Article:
My usual lazy Saturday morning was disrupted this week. A 6.15am rise was required to transport me to Wanlockhead in the Scottish Borders to begin a long, long stage of the Southern Upland Way. But because this was a charity walk for CHAS, my moaning was kept to a minimum. Wanlockhead claims to be the highest village in Scotland, and judging from the freezing mist that welcomed me when I left the nice cosy car I realised the this boast was true.
The stage Colin and I did was Wanlockhead to Beattock. The freezing hill fog persisted as we climbed Lowther Hill. This hill has a huge ‘golf ball’ aircraft tracking station on top, and although I walked within feet of this marvel, I detected only a notion of a globe in the gloom. As the mist sprayed my face and dewed my leggings I realised that this fine moisture was beginning to soak through to my skin. I had no alternative but to don waterproof gear.
The terrain was undulating to say the least, as soon as my legs became accustomed to the climb they were asked to descend. A gentle wee stroll across a dam head was followed by a steep trudge along a switchback ridge. Fifteen miles into the walk I felt the beginnings of a blister. Miles later a visitor’s car park sign told me I had only two and a half miles to walk to reach Beattock: it was far from encouraging. This last section was on The Crooked Road and the name says it all! What the sign failed to mention was that the way was peppered by herds of cows lorded over by a massive bull. My blister were forgotten while I manoeuvred past the beast.
After nine and a half hours and twenty plus miles of walking, with over a thousand metres of ascent, I finally peeled off my boots and socks to reveal first degree burns weeping on both ankles. Splendid!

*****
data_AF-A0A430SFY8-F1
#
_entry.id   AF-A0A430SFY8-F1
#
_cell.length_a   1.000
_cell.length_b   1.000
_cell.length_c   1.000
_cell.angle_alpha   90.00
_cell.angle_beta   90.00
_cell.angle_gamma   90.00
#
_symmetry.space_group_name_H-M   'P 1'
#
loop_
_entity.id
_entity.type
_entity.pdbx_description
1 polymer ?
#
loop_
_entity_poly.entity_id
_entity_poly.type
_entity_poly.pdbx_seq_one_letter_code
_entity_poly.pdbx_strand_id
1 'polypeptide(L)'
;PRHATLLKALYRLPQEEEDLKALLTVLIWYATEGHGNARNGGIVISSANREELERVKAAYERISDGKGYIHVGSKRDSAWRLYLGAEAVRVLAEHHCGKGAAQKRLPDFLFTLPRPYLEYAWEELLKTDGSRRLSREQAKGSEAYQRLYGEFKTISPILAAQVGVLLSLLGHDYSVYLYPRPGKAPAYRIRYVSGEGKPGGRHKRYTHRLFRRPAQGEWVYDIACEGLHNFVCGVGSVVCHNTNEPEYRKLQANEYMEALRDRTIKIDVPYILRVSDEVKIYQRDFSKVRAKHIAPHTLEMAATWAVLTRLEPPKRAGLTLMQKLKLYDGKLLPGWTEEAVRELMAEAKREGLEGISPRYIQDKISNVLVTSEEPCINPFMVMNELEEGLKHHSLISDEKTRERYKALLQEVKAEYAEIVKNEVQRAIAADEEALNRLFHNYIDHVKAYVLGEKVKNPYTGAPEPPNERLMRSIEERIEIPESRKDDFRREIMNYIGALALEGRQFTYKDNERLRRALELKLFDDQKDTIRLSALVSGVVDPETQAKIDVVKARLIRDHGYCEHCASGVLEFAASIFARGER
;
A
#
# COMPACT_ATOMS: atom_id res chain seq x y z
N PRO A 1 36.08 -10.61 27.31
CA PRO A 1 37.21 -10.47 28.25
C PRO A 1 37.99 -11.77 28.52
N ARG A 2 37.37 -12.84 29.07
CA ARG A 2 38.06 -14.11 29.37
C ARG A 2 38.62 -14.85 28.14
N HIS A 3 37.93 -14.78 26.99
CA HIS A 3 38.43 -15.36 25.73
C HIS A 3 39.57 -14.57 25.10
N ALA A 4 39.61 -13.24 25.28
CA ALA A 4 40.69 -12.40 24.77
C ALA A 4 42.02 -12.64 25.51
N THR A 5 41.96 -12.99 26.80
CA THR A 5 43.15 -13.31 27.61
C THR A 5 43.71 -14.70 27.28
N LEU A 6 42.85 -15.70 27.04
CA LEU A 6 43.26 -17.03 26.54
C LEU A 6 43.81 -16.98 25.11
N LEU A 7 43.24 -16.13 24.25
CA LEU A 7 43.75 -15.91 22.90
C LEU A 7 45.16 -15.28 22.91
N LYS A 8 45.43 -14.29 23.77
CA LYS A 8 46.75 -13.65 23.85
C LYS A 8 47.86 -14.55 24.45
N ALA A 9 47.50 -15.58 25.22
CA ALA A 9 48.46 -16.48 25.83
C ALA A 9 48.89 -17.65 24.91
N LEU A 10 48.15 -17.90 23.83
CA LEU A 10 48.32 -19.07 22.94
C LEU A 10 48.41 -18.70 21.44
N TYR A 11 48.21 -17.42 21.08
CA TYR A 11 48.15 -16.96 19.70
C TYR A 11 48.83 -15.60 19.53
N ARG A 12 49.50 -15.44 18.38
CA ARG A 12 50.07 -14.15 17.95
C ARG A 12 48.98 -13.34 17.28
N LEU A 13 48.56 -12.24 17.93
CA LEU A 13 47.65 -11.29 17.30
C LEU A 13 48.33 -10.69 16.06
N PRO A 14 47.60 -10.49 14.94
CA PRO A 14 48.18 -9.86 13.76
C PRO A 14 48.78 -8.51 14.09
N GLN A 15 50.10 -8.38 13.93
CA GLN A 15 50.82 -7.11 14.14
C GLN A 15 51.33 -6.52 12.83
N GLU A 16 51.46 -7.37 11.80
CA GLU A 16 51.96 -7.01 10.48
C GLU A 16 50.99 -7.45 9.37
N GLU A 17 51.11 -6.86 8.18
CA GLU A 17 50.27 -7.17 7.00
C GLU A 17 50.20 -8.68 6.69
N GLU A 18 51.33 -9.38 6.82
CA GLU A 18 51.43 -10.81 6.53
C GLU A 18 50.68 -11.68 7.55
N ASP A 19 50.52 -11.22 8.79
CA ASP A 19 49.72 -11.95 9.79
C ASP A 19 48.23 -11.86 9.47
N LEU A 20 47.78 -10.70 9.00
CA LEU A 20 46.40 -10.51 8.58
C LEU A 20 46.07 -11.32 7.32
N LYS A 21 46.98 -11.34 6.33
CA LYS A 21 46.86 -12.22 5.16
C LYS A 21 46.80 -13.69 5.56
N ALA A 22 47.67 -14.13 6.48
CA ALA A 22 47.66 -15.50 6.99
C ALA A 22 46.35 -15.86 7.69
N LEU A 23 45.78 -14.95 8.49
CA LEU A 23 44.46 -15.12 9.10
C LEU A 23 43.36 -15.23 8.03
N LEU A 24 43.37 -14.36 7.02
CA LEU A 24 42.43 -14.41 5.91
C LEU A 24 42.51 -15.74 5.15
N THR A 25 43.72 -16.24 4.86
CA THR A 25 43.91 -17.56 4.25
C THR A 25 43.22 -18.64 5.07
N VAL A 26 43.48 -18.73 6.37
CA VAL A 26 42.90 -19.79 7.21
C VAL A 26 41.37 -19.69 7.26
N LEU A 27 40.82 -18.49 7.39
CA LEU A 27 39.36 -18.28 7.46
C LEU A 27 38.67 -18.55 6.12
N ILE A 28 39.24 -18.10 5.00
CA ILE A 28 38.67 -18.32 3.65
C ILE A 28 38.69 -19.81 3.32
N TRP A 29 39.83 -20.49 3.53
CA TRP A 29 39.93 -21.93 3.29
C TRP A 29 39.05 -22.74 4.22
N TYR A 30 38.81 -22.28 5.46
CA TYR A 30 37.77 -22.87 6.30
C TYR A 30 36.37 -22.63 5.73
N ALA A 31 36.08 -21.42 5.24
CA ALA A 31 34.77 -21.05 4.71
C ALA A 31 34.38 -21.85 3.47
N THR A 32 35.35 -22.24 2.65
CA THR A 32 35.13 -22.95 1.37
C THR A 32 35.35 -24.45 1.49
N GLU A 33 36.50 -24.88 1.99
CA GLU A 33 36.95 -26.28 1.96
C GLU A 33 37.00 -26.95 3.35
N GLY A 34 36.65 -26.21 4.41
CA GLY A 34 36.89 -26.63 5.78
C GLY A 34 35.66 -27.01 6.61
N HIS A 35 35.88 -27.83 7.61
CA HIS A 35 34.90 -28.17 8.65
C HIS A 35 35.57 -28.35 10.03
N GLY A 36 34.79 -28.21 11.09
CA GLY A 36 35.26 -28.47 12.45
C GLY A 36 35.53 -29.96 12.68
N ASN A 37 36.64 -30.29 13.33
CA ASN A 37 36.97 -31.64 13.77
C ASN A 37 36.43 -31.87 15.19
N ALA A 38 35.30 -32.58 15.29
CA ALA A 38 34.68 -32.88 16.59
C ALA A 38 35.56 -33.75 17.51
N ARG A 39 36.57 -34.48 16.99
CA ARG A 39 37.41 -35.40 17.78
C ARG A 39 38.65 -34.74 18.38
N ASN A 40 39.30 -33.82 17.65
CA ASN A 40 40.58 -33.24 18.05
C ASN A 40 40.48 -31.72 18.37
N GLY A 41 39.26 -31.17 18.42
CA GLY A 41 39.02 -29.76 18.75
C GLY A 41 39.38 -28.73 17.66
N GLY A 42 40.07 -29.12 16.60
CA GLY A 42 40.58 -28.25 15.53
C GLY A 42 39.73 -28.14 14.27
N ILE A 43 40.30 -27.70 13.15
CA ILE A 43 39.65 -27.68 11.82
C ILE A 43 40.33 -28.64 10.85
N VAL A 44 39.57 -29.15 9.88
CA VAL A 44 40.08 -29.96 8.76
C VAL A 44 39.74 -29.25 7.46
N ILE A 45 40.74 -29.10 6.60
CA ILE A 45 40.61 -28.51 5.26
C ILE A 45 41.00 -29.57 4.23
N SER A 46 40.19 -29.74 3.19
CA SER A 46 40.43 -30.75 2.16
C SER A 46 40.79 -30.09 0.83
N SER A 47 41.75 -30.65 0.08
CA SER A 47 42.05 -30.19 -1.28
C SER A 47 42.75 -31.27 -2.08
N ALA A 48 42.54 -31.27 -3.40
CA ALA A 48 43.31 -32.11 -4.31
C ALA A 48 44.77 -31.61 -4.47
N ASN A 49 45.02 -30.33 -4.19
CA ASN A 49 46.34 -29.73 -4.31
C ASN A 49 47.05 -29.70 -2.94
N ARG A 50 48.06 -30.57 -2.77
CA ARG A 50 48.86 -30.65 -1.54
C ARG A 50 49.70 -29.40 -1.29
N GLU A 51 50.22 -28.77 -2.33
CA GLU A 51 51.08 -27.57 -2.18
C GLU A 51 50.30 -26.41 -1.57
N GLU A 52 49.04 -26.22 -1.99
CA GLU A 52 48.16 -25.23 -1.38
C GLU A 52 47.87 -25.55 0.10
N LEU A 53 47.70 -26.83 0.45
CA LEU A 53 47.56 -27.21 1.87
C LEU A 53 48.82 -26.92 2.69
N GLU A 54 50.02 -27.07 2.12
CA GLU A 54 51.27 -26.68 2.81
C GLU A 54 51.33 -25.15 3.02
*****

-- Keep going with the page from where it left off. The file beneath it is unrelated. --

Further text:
My reward for this endurance was a night B & B in a local hostelry. The Tibbie Shiels Inn is an old coaching Inn originally run by the widow of a Border mole catcher. The Inn sits on the southern edge of St Mary’s Loch, surrounded by rolling heather splashed Border Hills. As I hobbled into the bar and guzzled a pint of the local beer my earlier ordeal began to fade. The menu was uninspiring but I could have eaten a scabby ‘dug’. In the end I gobbled up an unremarkable mixed grill before the kitchen closed at the ridiculously early hour of 8pm. The accommodation was a strange mix of antique chairs and white DIY cabinets. 1960s net curtain screened our view of the car park and although the shower worked, a scorching hot bath would have been preferable to the pitiful hot trickle. But the bed was clean and comfortable. A duvet was forgone in favour of a traditional honeycomb blanket and simple hand made quilt.
The owner, a formidable elderly lady with an impeccable white coiffure, took no nonsense from her clients. The Inn’s quirkiness was spoiled for me by the sadness I felt. This historic coaching Inn treasure has grown old and tired, but I can imagine that such an operation takes time energy and lots of capital to make it work.
Food for free